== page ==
The Oklahoman commemorates the 70th anniversary of the publication of The Grapes of Wrath with a pair of stories, a slideshow, and a video, elegantly presented, about how frustrated some Oklahomans continue to be with the book. (For starters, it’s “Oklahomans,” not “Okies.”) The Joads, the lead story notes, lived near the town of Sallisaw, but at least one expert argues that the town had nothing to do with the migration to California during the Dust Bowl:
The only hard feelings about the book are related to this and other discrepancies over what is true, [Sequoyah County Librarian Bethia] Owens said. Although Steinbeck had his book’s characters traveling to California for work, Owens said many migrant workers actually moved to Sallisaw to work and live.
“If he wanted to talk about pain and agony during the Depression here, he could have,” Owens said. “But we were going through different things.”
A different version of the article, published in the Tulsa World, mentions Rilla Askew‘s Harpsong, a 2007 novel that was intended in part to correct the portrayal of Oklahoma in John Steinbeck‘s book. As she explained in an interview shortly before the book came out:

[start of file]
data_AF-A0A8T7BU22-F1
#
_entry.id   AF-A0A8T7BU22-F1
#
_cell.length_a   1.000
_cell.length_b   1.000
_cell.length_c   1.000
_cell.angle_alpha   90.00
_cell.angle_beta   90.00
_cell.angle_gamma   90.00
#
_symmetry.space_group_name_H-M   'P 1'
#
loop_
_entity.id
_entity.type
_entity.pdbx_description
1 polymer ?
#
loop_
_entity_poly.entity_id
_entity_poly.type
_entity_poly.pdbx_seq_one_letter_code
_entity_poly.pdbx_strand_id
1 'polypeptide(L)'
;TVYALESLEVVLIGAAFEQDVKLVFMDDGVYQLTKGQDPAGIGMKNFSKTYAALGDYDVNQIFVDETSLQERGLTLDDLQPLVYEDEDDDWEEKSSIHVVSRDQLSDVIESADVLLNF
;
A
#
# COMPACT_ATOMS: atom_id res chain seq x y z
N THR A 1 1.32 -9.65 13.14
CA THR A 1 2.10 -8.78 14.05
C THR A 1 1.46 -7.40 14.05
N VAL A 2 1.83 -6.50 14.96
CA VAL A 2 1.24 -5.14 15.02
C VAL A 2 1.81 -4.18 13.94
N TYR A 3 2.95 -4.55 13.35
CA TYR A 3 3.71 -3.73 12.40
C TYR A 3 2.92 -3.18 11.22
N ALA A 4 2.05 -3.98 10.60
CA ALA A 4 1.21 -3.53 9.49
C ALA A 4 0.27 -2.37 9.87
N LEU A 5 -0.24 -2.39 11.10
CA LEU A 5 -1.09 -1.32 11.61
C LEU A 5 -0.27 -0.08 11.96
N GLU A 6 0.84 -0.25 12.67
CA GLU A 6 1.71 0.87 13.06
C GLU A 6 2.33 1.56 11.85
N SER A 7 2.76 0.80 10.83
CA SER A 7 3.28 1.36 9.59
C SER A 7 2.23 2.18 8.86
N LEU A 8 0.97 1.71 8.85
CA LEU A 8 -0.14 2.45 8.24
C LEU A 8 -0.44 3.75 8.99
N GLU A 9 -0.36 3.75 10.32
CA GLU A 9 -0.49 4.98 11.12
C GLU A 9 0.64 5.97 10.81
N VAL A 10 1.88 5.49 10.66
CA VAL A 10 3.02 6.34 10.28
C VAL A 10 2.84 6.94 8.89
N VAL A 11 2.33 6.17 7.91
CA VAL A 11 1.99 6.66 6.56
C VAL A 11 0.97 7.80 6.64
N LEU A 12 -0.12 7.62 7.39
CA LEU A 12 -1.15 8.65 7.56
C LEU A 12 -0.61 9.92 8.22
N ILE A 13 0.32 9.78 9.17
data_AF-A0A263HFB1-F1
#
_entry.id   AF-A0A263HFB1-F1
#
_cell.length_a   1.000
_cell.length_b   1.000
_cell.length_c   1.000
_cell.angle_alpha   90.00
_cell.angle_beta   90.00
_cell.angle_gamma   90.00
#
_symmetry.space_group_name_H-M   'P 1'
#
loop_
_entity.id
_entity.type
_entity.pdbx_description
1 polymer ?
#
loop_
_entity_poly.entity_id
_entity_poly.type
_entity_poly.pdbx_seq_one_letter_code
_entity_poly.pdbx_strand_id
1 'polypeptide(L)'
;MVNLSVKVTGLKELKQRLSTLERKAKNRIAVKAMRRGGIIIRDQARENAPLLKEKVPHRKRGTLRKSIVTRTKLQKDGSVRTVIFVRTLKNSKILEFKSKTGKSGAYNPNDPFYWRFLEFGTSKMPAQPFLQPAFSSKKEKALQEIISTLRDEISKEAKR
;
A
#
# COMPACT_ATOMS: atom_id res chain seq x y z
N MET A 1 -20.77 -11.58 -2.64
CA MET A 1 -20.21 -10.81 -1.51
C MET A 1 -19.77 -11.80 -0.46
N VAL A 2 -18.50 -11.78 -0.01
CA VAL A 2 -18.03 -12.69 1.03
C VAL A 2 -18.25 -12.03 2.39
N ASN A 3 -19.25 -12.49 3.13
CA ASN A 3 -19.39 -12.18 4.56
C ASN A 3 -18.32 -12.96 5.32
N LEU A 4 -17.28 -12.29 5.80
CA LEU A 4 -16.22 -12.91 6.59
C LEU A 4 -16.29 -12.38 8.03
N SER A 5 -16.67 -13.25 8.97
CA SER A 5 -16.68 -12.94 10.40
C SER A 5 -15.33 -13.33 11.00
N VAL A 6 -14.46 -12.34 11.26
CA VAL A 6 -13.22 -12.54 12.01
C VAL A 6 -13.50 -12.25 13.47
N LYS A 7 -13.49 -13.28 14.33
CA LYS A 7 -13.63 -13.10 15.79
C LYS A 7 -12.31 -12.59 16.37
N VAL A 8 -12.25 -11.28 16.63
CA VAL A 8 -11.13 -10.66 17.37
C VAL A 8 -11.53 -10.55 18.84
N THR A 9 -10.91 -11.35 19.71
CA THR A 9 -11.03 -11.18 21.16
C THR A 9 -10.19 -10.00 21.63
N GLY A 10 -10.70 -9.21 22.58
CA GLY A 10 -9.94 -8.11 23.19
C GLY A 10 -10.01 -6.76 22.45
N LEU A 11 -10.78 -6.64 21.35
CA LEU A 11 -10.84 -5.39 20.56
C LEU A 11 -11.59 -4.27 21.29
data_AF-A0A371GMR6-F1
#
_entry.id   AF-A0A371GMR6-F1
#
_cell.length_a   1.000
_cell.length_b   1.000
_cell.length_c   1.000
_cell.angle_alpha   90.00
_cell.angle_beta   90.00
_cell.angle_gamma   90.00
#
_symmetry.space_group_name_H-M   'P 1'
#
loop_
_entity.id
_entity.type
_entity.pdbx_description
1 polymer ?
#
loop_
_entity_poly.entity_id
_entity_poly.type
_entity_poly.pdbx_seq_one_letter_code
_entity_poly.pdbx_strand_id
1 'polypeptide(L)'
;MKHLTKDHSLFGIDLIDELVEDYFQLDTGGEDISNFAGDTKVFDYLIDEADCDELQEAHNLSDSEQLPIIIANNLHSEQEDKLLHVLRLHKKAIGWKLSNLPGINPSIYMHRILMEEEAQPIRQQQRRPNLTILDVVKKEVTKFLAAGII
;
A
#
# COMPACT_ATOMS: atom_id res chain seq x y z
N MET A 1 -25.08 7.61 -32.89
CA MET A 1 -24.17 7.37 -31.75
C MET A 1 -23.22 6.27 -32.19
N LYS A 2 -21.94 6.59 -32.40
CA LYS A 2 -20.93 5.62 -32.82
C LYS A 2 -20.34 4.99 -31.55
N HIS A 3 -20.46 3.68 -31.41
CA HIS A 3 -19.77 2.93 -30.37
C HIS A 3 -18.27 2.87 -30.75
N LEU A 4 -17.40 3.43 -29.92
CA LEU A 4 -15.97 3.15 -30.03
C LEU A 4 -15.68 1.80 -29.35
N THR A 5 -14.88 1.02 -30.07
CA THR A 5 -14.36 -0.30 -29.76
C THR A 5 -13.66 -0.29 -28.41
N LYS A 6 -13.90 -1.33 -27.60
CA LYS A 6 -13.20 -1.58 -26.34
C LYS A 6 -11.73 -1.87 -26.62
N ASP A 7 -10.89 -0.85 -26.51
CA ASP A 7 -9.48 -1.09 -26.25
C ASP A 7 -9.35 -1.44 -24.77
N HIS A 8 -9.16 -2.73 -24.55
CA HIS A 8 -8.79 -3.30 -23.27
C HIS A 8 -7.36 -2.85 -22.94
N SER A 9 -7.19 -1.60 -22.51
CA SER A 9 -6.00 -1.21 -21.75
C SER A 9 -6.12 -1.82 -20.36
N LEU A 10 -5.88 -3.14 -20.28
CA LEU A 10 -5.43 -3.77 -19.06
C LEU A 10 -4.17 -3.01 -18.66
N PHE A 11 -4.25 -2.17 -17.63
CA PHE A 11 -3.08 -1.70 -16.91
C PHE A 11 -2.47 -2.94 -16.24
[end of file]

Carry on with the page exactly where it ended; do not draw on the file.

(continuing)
I have tried to capture a different aspect of the Oklahoma character, not because of others’ complaints but from my own desire. The new book is set in the 1930’s, and of course that’s a troubled, iconic era for Oklahoma. We’ve lived in the shadow of Grapes of Wrath these many decades, and I both wanted to demythologize the era and set a few things straight. Mr. Steinbeck just got a few things wrong, you know. But besides that, I wanted to try to capture some of the best parts of us, our essential decency, the fact that, among Oklahomans, there’s a sense that people will ultimately do the right thing.